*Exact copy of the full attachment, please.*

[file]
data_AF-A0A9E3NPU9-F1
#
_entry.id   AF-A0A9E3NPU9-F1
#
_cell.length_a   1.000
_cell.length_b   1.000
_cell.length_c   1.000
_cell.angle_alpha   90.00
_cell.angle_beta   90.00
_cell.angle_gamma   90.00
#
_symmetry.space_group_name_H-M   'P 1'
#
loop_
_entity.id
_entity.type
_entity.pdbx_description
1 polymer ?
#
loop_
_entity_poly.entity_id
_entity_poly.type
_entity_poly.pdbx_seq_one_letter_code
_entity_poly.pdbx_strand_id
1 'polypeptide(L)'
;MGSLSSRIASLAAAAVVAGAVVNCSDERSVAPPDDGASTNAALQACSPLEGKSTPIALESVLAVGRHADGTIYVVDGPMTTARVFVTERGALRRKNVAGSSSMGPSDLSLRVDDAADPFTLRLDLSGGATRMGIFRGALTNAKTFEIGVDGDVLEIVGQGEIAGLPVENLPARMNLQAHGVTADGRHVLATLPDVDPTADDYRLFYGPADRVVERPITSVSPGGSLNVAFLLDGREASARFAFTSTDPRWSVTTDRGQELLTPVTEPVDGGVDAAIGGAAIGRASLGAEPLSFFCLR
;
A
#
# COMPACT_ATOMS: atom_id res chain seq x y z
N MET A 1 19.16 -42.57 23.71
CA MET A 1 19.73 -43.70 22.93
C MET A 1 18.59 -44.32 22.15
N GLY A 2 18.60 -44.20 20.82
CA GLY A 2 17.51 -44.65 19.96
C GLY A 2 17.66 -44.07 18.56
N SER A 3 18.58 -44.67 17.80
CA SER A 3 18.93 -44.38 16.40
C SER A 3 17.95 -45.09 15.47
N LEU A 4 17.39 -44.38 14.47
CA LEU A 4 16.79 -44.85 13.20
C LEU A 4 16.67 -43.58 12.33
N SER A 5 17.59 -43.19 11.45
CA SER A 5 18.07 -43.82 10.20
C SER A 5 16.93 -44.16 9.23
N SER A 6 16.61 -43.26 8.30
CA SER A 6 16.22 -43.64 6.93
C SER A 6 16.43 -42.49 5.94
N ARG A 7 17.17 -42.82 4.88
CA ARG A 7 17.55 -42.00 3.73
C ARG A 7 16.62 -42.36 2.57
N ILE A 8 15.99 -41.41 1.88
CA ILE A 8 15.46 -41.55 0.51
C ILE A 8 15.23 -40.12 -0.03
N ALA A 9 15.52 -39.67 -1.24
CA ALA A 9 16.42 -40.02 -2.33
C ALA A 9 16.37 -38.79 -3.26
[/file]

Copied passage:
data_AF-A0A9E3NPU9-F1
#
_entry.id   AF-A0A9E3NPU9-F1
#
_cell.length_a   1.000
_cell.length_b   1.000
_cell.length_c   1.000
_cell.angle_alpha   90.00
_cell.angle_beta   90.00
_cell.angle_gamma   90.00
#
_symmetry.space_group_name_H-M   'P 1'
#
loop_
_entity.id
_entity.type
_entity.pdbx_description
1 polymer ?
#
loop_
_entity_poly.entity_id
_entity_poly.type
_entity_poly.pdbx_seq_one_letter_code
_entity_poly.pdbx_strand_id
1 'polypeptide(L)'
;MGSLSSRIASLAAAAVVAGAVVNCSDERSVAPPDDGASTNAALQACSPLEGKSTPIALESVLAVGRHADGTIYVVDGPMTTARVFVTERGALRRKNVAGSSSMGPSDLSLRVDDAADPFTLRLDLSGGATRMGIFRGALTNAKTFEIGVDGDVLEIVGQGEIAGLPVENLPARMNLQAHGVTADGRHVLATLPDVDPTADDYRLFYGPADRVVERPITSVSPGGSLNVAFLLDGREASARFAFTSTDPRWSVTTDRGQELLTPVTEPVDGGVDAAIGGAAIGRASLGAEPLSFFCLR
;
A
#
# COMPACT_ATOMS: atom_id res chain seq x y z
N MET A 1 19.16 -42.57 23.71
CA MET A 1 19.73 -43.70 22.93
C MET A 1 18.59 -44.32 22.15
N GLY A 2 18.60 -44.20 20.82
CA GLY A 2 17.51 -44.65 19.96
C GLY A 2 17.66 -44.07 18.56
N SER A 3 18.58 -44.67 17.80
CA SER A 3 18.93 -44.38 16.40
C SER A 3 17.95 -45.09 15.47
N LEU A 4 17.39 -44.38 14.47
CA LEU A 4 16.79 -44.85 13.20
C LEU A 4 16.67 -43.58 12.33
N SER A 5 17.59 -43.19 11.45
CA SER A 5 18.07 -43.82 10.20
C SER A 5 16.93 -44.16 9.23
N SER A 6 16.61 -43.26 8.30
CA SER A 6 16.22 -43.64 6.93
C SER A 6 16.43 -42.49 5.94
N ARG A 7 17.17 -42.82 4.88
CA ARG A 7 17.55 -42.00 3.73
C ARG A 7 16.62 -42.36 2.57
N ILE A 8 15.99 -41.41 1.88
CA ILE A 8 15.46 -41.55 0.51
C ILE A 8 15.23 -40.12 -0.03
N ALA A 9 15.52 -39.67 -1.24
CA ALA A 9 16.42 -40.02 -2.33
C ALA A 9 16.37 -38.79 -3.26